• Postmarket surveillance plan must be developed for high-risk Class II and Class III medical devices that meet certain criteria set by the FDA.
An Overview of Basic FDA Regulations for Medical Devices
All US-based MD distributors and manufacturers must comply with all FDA regulations, including:
- Establishment Registration – 21 CFR Part 807: Both domestic and foreign manufacturers, as well as initial distributors, ie importers, of medical devices, must register their organizations with the FDA.
- Medical Device Listing – 21 CFR Part 807: Establishments such as manufacturers, contract manufacturers, contract sterilizers need to provide details of their medical devices.
- Premarket Notification 510(k) – 21 CFR Part 807 Subpart E: A 510(k) is the technical dossier containing detailed technical, safety, and performance information regarding a medical device or an in-vitro diagnostic to be sold in the US; submission of 510(k) is required for most Class II, as well as some Class I and Class III medical devices and in-vitro diagnostics.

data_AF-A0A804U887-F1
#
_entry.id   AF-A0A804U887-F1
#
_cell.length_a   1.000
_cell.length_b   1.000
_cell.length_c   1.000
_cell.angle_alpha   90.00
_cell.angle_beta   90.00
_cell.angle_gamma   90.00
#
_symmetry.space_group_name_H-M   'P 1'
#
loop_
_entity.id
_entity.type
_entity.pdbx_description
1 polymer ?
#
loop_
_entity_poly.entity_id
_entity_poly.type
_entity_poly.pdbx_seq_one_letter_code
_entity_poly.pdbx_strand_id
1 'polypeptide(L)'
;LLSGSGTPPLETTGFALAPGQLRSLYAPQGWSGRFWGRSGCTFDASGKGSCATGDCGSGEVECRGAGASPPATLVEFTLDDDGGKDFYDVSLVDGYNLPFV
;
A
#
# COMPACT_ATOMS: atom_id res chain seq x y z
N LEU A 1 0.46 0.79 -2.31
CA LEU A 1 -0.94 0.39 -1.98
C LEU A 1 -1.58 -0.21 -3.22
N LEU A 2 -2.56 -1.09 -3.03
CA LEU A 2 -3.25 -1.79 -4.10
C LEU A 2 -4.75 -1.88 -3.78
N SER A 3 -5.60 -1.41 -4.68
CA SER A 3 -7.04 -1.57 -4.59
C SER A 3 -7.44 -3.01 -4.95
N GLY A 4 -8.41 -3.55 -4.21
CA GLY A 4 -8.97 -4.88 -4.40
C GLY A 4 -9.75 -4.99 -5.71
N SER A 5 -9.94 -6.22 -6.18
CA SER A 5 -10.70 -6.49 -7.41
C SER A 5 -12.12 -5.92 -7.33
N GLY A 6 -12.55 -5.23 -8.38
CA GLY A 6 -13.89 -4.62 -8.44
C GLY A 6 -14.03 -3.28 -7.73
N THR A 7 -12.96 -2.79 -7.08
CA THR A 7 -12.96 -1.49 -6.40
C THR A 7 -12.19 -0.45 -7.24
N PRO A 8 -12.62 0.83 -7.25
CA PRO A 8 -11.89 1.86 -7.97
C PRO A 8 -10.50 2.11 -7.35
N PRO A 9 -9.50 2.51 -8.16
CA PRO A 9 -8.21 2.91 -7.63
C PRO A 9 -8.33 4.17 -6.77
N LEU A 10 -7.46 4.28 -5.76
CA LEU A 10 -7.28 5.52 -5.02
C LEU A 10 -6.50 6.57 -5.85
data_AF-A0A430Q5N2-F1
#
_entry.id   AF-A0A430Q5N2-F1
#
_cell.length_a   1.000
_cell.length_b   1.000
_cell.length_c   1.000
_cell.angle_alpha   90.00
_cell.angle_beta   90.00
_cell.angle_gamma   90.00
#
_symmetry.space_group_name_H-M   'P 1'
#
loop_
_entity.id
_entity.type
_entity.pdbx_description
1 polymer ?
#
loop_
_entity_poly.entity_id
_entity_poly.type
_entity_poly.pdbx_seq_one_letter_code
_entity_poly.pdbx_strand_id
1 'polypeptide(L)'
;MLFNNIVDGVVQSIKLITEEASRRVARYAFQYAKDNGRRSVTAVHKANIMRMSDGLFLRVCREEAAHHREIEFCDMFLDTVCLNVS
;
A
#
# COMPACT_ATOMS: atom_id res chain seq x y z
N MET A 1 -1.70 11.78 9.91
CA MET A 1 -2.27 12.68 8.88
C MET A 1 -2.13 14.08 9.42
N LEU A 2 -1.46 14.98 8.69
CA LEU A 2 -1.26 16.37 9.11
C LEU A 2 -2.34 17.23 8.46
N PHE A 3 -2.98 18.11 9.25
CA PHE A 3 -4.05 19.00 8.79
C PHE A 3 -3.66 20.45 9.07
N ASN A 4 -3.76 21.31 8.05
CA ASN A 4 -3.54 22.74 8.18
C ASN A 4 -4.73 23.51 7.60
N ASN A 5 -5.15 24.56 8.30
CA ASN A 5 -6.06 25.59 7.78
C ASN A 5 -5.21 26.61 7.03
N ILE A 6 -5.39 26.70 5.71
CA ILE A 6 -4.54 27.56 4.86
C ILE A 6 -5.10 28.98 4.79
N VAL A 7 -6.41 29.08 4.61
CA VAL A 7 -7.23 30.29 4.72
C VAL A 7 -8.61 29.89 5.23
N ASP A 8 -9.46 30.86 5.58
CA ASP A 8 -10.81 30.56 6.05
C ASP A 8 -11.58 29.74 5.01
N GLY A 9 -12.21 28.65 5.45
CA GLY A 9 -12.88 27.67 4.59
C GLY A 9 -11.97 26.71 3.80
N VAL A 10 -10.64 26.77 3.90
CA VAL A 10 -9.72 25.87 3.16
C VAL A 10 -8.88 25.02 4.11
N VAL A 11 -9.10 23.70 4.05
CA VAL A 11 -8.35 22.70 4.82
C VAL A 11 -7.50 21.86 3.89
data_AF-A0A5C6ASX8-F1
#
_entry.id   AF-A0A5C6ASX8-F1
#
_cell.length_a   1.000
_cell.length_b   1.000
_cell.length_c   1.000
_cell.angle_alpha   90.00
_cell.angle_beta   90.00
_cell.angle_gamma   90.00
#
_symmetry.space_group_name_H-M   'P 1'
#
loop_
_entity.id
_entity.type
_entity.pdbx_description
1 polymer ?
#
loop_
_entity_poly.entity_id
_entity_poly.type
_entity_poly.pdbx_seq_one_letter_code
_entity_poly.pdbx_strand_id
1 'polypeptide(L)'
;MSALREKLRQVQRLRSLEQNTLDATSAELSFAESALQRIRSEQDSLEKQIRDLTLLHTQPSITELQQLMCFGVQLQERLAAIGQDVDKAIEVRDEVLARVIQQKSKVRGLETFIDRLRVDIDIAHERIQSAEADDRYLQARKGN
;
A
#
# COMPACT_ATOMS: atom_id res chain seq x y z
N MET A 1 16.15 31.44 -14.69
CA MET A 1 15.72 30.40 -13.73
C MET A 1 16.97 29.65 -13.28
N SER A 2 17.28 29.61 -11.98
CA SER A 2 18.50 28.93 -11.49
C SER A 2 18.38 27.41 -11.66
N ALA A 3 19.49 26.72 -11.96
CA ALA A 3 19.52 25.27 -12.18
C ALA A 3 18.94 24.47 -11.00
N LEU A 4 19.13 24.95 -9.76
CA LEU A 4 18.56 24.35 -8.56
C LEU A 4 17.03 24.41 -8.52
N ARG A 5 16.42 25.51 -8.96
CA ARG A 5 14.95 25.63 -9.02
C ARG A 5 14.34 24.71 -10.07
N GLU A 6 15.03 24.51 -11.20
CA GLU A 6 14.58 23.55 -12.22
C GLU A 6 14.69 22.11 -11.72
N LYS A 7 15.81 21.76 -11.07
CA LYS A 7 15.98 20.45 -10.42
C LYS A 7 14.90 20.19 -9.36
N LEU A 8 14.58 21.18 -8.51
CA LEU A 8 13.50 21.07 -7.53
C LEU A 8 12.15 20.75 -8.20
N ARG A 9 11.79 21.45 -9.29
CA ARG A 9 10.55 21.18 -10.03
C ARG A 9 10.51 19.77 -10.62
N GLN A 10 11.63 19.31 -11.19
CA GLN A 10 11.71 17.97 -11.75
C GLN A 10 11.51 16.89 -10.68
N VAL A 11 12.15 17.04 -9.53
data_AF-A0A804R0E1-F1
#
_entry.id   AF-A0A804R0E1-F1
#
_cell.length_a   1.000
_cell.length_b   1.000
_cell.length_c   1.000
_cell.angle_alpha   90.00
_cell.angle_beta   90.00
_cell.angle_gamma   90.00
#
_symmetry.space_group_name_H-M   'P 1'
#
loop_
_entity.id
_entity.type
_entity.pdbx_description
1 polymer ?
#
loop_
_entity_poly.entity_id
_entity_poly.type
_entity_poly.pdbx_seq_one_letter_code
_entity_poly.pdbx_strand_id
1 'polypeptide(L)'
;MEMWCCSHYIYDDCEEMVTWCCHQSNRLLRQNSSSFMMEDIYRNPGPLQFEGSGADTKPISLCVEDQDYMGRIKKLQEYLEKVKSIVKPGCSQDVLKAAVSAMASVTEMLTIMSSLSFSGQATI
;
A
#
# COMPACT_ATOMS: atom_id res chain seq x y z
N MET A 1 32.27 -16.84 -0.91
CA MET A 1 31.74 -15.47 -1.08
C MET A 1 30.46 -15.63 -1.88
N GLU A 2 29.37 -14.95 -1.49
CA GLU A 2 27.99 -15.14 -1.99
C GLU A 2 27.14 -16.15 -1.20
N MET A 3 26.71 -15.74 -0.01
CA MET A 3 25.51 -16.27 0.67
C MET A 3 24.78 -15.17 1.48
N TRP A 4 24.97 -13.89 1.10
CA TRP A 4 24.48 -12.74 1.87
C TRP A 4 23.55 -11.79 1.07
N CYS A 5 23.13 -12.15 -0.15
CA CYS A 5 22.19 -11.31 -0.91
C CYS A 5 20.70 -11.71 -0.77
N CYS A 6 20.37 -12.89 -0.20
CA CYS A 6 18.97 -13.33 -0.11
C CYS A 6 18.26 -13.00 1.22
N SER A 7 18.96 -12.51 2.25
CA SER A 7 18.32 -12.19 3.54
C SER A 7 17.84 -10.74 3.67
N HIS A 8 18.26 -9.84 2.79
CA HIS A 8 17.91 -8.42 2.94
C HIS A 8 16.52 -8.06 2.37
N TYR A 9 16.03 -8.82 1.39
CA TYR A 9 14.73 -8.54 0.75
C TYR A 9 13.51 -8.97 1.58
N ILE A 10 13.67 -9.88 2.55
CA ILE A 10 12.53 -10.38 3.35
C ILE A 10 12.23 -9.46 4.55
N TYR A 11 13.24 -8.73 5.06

- Premarket Approval (PMA) – 21 CFR Part 814: High-risk Class III medical devices found not substantially equivalent to Class I and Class II predicate through the 510(k) process require PMA, which is a scientific and regulatory review to evaluate the safety and effectiveness of the medical devices; compared to the 510(k) process, the PMA process is a more comprehensive and stringent process, which typically requires clinical trials with human participants.